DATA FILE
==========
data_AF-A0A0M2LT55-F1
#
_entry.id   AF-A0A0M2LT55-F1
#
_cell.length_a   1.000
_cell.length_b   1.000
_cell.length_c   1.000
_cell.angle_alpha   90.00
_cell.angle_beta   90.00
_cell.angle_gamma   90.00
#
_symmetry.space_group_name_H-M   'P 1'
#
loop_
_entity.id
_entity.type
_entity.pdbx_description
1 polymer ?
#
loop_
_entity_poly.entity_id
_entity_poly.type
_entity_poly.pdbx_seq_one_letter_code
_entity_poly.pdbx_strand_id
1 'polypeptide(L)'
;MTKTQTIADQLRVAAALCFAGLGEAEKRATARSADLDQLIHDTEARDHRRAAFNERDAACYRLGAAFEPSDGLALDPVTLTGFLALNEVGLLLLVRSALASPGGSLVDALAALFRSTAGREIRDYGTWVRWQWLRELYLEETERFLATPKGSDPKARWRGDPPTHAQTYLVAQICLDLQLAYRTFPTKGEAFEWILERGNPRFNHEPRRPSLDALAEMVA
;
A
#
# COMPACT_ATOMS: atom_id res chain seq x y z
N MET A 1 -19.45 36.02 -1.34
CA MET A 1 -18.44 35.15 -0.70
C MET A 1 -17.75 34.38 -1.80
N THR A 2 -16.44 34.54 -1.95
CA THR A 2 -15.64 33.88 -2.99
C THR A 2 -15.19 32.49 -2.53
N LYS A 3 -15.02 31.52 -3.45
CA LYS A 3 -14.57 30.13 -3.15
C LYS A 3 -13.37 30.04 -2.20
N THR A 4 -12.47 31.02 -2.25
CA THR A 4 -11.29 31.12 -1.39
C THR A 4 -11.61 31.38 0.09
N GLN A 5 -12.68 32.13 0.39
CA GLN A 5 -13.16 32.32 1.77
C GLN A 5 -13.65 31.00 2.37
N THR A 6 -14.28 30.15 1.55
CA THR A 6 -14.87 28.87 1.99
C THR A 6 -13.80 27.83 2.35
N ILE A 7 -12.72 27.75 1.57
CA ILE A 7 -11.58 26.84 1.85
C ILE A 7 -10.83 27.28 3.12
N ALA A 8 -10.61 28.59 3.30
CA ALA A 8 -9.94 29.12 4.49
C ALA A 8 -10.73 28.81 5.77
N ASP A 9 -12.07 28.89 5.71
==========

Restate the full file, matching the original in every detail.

data_AF-A0A0M2LT55-F1
#
_entry.id   AF-A0A0M2LT55-F1
#
_cell.length_a   1.000
_cell.length_b   1.000
_cell.length_c   1.000
_cell.angle_alpha   90.00
_cell.angle_beta   90.00
_cell.angle_gamma   90.00
#
_symmetry.space_group_name_H-M   'P 1'
#
loop_
_entity.id
_entity.type
_entity.pdbx_description
1 polymer ?
#
loop_
_entity_poly.entity_id
_entity_poly.type
_entity_poly.pdbx_seq_one_letter_code
_entity_poly.pdbx_strand_id
1 'polypeptide(L)'
;MTKTQTIADQLRVAAALCFAGLGEAEKRATARSADLDQLIHDTEARDHRRAAFNERDAACYRLGAAFEPSDGLALDPVTLTGFLALNEVGLLLLVRSALASPGGSLVDALAALFRSTAGREIRDYGTWVRWQWLRELYLEETERFLATPKGSDPKARWRGDPPTHAQTYLVAQICLDLQLAYRTFPTKGEAFEWILERGNPRFNHEPRRPSLDALAEMVA
;
A
#
# COMPACT_ATOMS: atom_id res chain seq x y z
N MET A 1 -19.45 36.02 -1.34
CA MET A 1 -18.44 35.15 -0.70
C MET A 1 -17.75 34.38 -1.80
N THR A 2 -16.44 34.54 -1.95
CA THR A 2 -15.64 33.88 -2.99
C THR A 2 -15.19 32.49 -2.53
N LYS A 3 -15.02 31.52 -3.45
CA LYS A 3 -14.57 30.13 -3.15
C LYS A 3 -13.37 30.04 -2.20
N THR A 4 -12.47 31.02 -2.25
CA THR A 4 -11.29 31.12 -1.39
C THR A 4 -11.61 31.38 0.09
N GLN A 5 -12.68 32.13 0.39
CA GLN A 5 -13.16 32.32 1.77
C GLN A 5 -13.65 31.00 2.37
N THR A 6 -14.28 30.15 1.55
CA THR A 6 -14.87 28.87 1.99
C THR A 6 -13.80 27.83 2.35
N ILE A 7 -12.72 27.75 1.57
CA ILE A 7 -11.58 26.84 1.85
C ILE A 7 -10.83 27.28 3.12
N ALA A 8 -10.61 28.59 3.30
CA ALA A 8 -9.94 29.12 4.49
C ALA A 8 -10.73 28.81 5.77
N ASP A 9 -12.07 28.89 5.71